Alicia’s book, More Myself: A Journey, is a masterclass in authenticity and vulnerability. In this episode, Alicia and I talk about the quiet, subtle experiences that fuel our need to armor up and self-protect, and the courage behind owning our worth, listening to our own voice, and living with our own “girl on fire” energy.
We all have patterned ways of managing our day-to-day anxiety, and these patterns often reflect the roles and expectations of our first families.
In this episode, we’ll talk about over and under-functioning in anxious times, why anxiety is contagious, and how we can cultivate a calm practice.
Grief expert David Kessler takes us by the hand and walks us into what he's learned about love, loss, and finding meaning. As someone who has a lot of fear about grief and grieving, this conversation is not what I expected. The only word I can use to describe what I learned from David is "beautiful."
We have collectively hit weary. This is especially true for the brave folks on the front lines of this pandemic and for the people who love and support them. And, it’s also true for all of us. In this episode, I talk about strategies for falling apart, staying connected + kind, and giving ourselves permission to feel hard things.
Strap yourselves in! In this episode, I talk to my dear friend and sister Cheetah, Glennon – author of the New York Times #1 bestseller, Untamed. This is an honest conversation about walking away from the lifelong training that keeps us small, quiet, and afraid, and embracing our wild, brave hearts.
Glennon is the author of two #1 New York times bestsellers – Untamed and Love Warrior. She’s the author of the New York Times bestseller, Carry On, Warrior, an activist, and the founder of Together Rising, an all-women led nonprofit organization that has revolutionized grassroots philanthropy – raising over $25 Million for women, families and children in crisis. She lives in Florida with her wife and three children.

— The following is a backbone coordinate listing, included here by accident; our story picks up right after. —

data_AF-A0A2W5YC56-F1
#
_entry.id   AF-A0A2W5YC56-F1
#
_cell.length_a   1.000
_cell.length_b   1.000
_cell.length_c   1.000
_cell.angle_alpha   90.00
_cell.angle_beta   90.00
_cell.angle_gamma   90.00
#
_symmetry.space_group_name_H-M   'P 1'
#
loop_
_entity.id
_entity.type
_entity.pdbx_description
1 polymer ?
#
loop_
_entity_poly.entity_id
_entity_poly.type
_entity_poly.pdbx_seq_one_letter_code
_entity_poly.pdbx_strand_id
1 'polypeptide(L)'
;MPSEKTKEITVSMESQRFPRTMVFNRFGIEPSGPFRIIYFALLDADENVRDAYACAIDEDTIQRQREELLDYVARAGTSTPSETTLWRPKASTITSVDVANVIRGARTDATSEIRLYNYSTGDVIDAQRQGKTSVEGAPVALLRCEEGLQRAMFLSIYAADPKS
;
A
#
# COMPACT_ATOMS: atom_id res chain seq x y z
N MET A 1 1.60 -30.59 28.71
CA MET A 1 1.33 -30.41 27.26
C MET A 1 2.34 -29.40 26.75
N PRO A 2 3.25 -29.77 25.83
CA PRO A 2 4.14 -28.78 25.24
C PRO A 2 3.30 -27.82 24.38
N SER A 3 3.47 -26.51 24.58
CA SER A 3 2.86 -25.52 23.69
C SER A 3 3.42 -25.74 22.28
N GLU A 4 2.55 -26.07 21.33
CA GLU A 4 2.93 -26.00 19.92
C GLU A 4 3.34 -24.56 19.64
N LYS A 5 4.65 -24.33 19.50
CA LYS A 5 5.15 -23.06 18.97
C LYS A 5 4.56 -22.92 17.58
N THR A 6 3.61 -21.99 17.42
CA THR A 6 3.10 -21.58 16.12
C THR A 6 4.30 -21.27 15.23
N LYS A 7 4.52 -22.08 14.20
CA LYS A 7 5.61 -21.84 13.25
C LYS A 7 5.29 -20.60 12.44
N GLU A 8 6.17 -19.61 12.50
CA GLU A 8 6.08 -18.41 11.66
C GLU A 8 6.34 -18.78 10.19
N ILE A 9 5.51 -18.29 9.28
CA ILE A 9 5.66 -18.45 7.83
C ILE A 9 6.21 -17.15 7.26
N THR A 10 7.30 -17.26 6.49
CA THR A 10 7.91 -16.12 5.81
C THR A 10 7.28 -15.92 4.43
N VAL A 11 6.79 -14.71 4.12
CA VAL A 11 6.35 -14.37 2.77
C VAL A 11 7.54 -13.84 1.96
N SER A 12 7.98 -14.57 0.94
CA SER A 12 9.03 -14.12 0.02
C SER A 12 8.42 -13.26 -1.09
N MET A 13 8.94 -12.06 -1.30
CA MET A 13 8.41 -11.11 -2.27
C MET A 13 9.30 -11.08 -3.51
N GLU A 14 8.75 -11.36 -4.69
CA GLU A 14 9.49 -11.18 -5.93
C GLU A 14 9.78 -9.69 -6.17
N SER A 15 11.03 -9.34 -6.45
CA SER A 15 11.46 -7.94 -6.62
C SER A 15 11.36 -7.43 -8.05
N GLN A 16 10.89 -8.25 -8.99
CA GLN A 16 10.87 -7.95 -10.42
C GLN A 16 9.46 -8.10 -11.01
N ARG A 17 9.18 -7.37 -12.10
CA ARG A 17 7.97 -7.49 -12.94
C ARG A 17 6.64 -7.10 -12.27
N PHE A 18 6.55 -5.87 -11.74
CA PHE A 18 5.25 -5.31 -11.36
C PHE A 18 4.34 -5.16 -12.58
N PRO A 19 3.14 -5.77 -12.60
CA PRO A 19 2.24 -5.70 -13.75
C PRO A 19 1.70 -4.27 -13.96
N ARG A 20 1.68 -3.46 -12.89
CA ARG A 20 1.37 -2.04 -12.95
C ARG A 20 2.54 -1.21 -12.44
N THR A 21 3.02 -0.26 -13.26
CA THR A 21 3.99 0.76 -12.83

Tarana is a good friend and one of my favorite people on earth. She has been working at the intersection of racial justice and gender equity for nearly three decades, and she started the “Me Too” Movement in 2006. In 2017, when the #metoo hashtag went viral, Tarana emerged as a global leader in the evolving conversation around sexual violence.
In this episode we talk about how her theory of “empowerment through empathy” is changing the way the world thinks and talks about sexual violence, consent, and social justice. AND, we also talk/cry/laugh about falling in love, running as fast as we can from love, and the perils of sharing a bathroom with the guys we love.
The first Unlocking Us podcast is here! Along with the excitement of sending this into the world, I’m feeling equal doses of fear, awkwardness, and vulnerability. In this episode I talk about my strategy for staying in tough first times versus tapping out and shutting down. When we get to the point that we only do things that we’re already good at doing, we stop growing. And truly living.
Join researcher and #1 New York Times best-selling author Brené Brown as she unpacks and explores the ideas, stories, experiences, books, films, and music that reflect the universal experiences of being human, from the bravest moments to the most brokenhearted. Subscribe now for updates.